The Canterbury Tales HTML version
Notes to the Cook's Tale
NOTES TO THE PROLOGUE
1. Jack of Dover: an article of cookery. (Transcriber's note: suggested by some commentators
to be a kind of pie, and by others to be a fish)
2. Sooth play quad play: true jest is no jest.
3. It may be remembered that each pilgrim was bound to tell two stories; one on the way to
Canterbury, the other returning.
4. Made cheer: French, "fit bonne mine;" put on a pleasant countenance.
NOTES TO THE TALE
1. Cheapside, where jousts were sometimes held, and which was the great scene of city revels
2. His paper: his certificate of completion of his apprenticeship.
3. Louke: The precise meaning of the word is unknown, but it is doubtless included in the cant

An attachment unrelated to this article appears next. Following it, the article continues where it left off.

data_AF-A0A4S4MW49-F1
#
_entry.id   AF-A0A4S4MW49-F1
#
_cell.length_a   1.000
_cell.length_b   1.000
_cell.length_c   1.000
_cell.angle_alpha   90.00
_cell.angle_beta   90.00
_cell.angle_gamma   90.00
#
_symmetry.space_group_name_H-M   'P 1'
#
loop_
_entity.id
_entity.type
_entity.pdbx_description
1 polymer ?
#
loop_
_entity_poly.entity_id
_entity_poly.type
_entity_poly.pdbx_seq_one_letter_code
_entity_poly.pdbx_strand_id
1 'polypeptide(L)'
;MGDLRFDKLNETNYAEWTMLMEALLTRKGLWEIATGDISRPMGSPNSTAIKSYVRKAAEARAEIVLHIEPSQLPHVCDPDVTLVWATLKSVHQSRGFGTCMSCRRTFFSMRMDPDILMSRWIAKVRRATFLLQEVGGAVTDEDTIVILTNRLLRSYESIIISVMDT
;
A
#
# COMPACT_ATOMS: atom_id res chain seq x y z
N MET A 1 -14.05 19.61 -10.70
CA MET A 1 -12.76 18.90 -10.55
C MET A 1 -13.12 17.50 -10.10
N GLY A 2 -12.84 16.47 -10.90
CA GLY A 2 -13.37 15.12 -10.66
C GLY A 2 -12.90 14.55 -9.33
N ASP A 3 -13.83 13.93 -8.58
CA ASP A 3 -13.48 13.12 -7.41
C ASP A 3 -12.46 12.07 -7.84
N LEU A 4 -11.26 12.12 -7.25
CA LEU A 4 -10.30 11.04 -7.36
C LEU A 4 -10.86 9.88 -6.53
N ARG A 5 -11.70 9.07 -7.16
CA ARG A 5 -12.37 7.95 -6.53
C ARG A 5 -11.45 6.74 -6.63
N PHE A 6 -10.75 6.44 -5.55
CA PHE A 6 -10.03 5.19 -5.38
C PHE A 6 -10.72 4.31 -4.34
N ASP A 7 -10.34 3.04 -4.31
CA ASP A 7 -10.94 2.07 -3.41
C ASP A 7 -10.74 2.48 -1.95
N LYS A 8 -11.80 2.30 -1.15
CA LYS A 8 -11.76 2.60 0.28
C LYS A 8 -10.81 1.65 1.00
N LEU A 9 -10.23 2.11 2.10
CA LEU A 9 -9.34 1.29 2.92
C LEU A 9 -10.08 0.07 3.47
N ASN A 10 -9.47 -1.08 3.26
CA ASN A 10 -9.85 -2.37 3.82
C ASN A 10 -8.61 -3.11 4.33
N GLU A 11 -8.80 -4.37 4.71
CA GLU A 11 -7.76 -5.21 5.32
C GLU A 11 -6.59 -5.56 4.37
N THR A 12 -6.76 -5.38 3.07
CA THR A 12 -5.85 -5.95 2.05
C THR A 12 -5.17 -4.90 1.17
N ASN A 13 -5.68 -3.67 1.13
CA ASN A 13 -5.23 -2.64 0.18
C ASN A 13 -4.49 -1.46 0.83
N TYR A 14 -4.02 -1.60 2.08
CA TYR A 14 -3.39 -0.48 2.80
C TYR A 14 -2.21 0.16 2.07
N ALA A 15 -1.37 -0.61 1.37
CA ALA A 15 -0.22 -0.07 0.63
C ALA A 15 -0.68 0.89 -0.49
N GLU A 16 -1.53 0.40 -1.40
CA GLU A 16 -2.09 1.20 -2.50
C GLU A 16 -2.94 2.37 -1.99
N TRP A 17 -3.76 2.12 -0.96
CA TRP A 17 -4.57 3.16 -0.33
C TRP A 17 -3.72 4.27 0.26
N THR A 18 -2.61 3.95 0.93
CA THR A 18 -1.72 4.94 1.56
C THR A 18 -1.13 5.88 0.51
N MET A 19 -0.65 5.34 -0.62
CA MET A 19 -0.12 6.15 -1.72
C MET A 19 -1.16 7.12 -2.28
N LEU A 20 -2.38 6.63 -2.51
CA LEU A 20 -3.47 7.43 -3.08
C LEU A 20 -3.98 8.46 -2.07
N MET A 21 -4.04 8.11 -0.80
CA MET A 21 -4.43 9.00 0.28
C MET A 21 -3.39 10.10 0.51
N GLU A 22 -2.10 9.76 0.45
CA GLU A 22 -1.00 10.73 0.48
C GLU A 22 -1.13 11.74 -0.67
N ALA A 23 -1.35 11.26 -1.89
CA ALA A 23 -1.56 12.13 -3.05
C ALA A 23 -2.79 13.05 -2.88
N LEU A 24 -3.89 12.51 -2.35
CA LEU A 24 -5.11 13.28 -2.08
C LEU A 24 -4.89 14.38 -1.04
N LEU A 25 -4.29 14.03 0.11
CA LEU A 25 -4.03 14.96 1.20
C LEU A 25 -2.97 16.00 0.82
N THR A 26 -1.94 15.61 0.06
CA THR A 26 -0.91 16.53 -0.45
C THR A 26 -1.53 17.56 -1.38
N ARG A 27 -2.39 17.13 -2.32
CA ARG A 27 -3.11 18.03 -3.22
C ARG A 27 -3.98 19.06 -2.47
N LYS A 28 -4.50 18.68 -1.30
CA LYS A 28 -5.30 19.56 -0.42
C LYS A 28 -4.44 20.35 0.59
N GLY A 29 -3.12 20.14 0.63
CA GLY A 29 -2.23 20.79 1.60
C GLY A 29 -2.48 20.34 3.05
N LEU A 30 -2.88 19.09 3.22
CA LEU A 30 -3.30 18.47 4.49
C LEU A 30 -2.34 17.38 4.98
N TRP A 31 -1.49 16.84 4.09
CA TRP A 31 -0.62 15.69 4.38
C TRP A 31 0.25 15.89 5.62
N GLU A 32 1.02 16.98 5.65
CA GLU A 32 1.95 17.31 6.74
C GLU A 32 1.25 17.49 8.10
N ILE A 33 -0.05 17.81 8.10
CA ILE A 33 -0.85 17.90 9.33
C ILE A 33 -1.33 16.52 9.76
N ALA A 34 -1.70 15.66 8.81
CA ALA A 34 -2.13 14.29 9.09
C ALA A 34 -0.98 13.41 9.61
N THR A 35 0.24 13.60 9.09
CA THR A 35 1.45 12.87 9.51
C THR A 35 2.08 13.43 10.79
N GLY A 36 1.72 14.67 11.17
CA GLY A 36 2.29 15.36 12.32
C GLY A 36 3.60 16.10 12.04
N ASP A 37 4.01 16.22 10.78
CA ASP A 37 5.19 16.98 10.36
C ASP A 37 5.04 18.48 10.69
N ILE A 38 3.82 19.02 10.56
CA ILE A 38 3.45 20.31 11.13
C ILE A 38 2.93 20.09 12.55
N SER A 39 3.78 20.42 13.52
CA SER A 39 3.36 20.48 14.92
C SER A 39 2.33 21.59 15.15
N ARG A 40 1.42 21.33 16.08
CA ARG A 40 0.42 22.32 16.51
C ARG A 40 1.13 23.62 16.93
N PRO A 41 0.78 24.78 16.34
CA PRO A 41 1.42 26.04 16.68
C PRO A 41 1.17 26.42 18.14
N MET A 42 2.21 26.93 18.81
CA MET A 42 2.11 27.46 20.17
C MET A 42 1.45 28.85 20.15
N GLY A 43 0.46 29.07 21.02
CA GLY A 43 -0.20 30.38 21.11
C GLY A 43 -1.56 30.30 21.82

4. The Cook's Tale is unfinished in all the manuscripts; but in some, of minor authority, the Cook
is made to break off his tale, because "it is so foul," and to tell the story of Gamelyn, on which
Shakespeare's "As You Like It" is founded. The story is not Chaucer's, and is different in metre,
and inferior in composition to the Tales. It is supposed that Chaucer expunged the Cook's Tale
for the same reason that made him on his death- bed lament that he had written so much